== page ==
Fig. 4. Degree distribution 05

Fig. 5. Degree distribution 10

3.3 Communities in the network

A community is a set of nodes such that the density of internal connections is stronger than the density of connections towards outside. The goal is thus to find a partition Cv C2 —,Ck of nodes in communities checking this definition. The visualization of the graph allows us to detect groups by characteristic. Community analysis applied to the networks (for 1996, we consider the giant component) shows a quite strong community structure. Table 5 presents the number of communities for each network. In order to calculate, Q values, we used three methods: edge betweenness, walk trap and fast greedy algorithm.

Table 6. Number of communities for each network

1996 2005 2010

Edgebetweenness Number of communities 16 11 14

Modularity (Best Split) 0.02139615 0.145581 0.1836524

Walktrap Number of communities 4 10 8

Modularity (Best Split) 0.2431313 0.2161188 0.2726851

Fastgreedy algorithm Number of communities 3 5 4

Modularity (Best Split) 0.2656191 0.2985871 0.3221032

Recall that modularity measures the strength of the determined communities based on the relative number of intra-group connections versus extra-group connections. We observe that in 1996, modularity has a low value (0.0214). Good partitions give large positive values of Q. In fact, the way the modularity was defined (as it has been normalized), Q ranges between —1 and 1. Q — 0 means that all vertices of the graph are assigned to the

same community. At the other extreme, if we have a partition with each community being a singleton, then Q turns out to be negative. In particular, if for any partition of a graph, modularity is found out to be non-positive, then this graph has no community structure (in fact, such a graph would show a strong multipartite structure, in the sense that it would be decomposed to certain subgraphs with very few internal edges and many edges lying between them). If modularity takes large positive values (close to 1), then this indicates that the graph is decomposed to communities i.e. more edges in the graph within these communities than what would be expected by chance.

When edge betweenness algorithm considered, values of modularity are increasing across time among the CAC40 board companies (from 0.0214 in 1996 to 0.1837 in 2010). In 1996, almost all the boards are allocated to the same communities. However, in 2005, the modularity value is medium. This means that the structure of the board network among French companies is not random, and communities start to emerge. According to hypotheses 1 and 2, communities are expected to be composed of groups of organizations operating in the same sector and composed of groups of industrial and financial firms. Our results confirm these two hypotheses. To illustrate these findings, we examine the communities in each year (see appendix 1) we see that, for example: in the community {Société Générale, Total, Saint Gobain, PPR}, we find that Société Générale and PPR are in the same community. In fact Société Générale holds 6.86% in the capital of Total. Moreover, Michelin and Renault are in the same community. Michelin and Renault both are industrial companies and are operating in two complementary industries.

Community structures identify the existence of forms of coalitions among CAC40 companies. Control is one of the most extreme forms of influence, which is the power to maneuver the decisions of a company towards a direction. The board network represents the connections among companies (or directors). Directors are the actors who, via co-membership on boards, interact and communicate with one another. Corporate board meetings are the events that bring directors together, into face-to-face contact. Collective decision making of directors renders the corporate board an actor in its own. Directors also speak on behalf of the corporation to other corporations, and, on occasion, to the public as well. CEOs will often serve on the boards of other corporations, in part as a matter of prestige, as this illustrates that their advice is valued outside of their home corporation. Also, this is a way of obtaining valuable, and perhaps sensitive and privileged, business intelligence, and as a means of extending their own social networks.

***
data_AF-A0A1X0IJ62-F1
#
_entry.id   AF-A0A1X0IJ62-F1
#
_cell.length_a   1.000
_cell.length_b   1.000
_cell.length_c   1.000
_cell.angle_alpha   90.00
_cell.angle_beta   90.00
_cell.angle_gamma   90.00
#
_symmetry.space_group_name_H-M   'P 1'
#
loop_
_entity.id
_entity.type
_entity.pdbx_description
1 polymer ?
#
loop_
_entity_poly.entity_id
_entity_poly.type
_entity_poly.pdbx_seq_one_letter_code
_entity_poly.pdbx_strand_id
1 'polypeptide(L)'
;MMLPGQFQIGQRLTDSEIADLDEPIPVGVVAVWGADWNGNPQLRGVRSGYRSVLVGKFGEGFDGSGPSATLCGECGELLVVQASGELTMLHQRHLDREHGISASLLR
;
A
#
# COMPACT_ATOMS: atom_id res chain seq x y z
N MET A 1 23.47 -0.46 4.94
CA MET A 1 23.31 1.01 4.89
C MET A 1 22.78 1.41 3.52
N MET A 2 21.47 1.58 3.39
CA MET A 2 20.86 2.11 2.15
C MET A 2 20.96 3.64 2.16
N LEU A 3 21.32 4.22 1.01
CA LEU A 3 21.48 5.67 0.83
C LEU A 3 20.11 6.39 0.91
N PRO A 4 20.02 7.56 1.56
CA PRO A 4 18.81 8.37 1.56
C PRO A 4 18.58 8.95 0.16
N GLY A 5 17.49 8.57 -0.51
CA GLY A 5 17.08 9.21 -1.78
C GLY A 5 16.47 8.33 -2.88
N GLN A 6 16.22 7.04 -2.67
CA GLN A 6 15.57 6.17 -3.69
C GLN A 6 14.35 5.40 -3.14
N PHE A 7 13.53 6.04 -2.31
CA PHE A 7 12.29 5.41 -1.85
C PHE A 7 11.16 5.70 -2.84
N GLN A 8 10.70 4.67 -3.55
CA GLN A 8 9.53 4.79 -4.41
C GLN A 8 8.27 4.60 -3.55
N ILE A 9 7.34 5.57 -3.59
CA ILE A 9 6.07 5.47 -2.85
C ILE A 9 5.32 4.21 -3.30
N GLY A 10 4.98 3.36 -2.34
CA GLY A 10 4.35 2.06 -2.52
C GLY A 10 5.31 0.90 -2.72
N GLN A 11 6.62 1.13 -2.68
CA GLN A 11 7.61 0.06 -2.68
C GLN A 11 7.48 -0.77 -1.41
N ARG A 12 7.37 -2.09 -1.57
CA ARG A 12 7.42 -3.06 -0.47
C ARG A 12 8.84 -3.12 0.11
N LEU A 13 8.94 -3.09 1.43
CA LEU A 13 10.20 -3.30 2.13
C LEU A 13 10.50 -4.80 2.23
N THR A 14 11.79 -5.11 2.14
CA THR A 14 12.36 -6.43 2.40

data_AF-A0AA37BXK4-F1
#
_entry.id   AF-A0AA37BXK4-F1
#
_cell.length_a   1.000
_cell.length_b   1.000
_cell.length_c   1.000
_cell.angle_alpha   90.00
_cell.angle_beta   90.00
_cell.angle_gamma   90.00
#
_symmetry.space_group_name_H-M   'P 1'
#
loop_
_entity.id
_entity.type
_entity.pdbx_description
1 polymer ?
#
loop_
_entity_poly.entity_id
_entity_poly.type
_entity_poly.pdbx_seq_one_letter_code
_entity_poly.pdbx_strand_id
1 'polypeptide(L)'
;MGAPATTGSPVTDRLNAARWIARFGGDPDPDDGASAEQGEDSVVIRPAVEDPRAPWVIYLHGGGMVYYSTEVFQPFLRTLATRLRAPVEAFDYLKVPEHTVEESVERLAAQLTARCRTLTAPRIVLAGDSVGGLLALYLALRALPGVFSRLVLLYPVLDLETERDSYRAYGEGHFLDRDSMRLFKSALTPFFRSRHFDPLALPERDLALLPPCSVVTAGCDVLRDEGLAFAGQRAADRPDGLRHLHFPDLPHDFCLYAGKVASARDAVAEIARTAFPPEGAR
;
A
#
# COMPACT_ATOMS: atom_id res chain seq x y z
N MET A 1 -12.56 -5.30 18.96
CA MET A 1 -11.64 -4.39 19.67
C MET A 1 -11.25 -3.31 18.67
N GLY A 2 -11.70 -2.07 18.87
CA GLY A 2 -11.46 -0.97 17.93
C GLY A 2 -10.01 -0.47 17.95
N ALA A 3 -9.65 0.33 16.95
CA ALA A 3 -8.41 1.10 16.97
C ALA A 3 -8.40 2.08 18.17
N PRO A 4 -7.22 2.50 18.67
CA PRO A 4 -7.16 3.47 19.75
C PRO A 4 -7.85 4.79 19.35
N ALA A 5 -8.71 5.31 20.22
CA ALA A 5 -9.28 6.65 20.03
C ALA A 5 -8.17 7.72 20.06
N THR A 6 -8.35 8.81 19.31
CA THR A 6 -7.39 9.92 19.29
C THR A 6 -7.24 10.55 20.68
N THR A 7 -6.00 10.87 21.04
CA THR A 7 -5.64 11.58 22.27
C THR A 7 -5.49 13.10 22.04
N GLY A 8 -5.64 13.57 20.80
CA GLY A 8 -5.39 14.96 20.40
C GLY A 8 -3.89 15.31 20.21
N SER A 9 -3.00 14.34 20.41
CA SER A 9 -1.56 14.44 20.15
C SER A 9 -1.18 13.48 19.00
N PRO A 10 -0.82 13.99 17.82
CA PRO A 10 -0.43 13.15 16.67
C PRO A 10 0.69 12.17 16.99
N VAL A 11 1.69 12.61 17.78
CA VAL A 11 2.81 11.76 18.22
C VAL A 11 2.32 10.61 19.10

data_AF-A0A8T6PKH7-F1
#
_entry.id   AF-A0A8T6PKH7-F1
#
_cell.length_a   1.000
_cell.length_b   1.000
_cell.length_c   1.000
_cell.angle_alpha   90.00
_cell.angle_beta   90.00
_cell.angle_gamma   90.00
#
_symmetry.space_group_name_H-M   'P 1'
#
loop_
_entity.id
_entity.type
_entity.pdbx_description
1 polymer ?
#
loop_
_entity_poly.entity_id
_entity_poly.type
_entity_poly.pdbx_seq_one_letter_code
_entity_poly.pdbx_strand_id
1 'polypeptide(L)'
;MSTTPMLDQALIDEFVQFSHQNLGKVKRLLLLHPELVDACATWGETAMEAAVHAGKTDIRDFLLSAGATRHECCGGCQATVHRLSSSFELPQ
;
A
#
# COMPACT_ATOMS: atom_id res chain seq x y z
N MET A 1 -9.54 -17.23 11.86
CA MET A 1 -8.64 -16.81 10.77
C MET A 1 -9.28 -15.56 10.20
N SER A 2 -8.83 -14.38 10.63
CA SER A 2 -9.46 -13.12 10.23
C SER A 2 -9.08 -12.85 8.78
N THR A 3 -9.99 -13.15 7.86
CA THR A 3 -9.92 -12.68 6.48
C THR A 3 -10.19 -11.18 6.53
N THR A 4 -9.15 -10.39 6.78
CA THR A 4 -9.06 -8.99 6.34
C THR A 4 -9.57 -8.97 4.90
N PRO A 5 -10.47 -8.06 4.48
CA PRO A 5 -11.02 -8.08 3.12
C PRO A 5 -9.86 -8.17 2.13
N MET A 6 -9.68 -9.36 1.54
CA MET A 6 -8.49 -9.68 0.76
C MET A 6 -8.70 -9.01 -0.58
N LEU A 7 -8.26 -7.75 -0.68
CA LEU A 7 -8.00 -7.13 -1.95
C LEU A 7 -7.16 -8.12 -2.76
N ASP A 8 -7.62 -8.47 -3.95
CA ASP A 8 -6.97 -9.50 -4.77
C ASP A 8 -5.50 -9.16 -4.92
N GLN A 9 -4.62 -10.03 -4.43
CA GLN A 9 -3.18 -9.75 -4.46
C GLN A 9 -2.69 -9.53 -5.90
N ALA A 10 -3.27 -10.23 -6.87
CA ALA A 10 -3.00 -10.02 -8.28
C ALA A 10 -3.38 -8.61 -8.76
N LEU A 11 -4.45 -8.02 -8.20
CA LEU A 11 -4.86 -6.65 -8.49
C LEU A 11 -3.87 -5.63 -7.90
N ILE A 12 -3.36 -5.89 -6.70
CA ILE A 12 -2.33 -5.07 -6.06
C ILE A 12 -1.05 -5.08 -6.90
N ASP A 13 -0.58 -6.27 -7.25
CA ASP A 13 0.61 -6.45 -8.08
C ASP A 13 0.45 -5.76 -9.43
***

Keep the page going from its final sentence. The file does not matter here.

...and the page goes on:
The network analysis gave us abundant information on the network of interlocking directorates. The positions of banks in the network and the relations between bank and industry are significant. The finance capital theory expects that banks are involved in strong and multiple interlocks. In 2010, we obtain 14 communities (according to the edgebetweenness criteria). Among them we find: {Alstom, Axa, BNPParibas, Bouygues, Carrefour, Eads, Lafarge, Lagardere}; {PPR, Société Générale, Saint Gobain, Total}; {Alcatel Lucent; Cap Gemini; Crédit Agricole}. Interestingly, the main French banks (BNP Paribas, Société Générale, Crédit Agricole) are in the three big communities which is in line with Elouaer-^ra^ (2012) findings' that states thirty percent of the most connected firms are financial institutions. In fact, according to Dooley (1996), financial interlocks occur for several reasons. First, companies that are in financial difficulty tend to form a close association with one or more financial houses. Second, banks find it advantageous to be connected with large firms through electing company officers to the bank's board of directors as this may attract large deposits as well as secure a reliable customer for bank loans. Third, these financial interlocks also arise from the trust operations of banks. Moreover, the location of a firm in a network directly impacts access to information. Centrality in a network can be seen as the importance of a firm in that network. Betweenness measure may provide an idea about the importance of a company in the network. Boards that are not directly connected might depend on another board if it lies on a path connecting them. If a board lies on many paths connecting different components in a network then it has a high betweenness centrality. From this side, we can suppose that agents among communities are looking for intermediary positions. However, modularity values derived with the edge betweeness values are not high in comparison with walk trap and the fast greedy algorithms. Finally we can conclude that the French board network shows a quite strong community structure.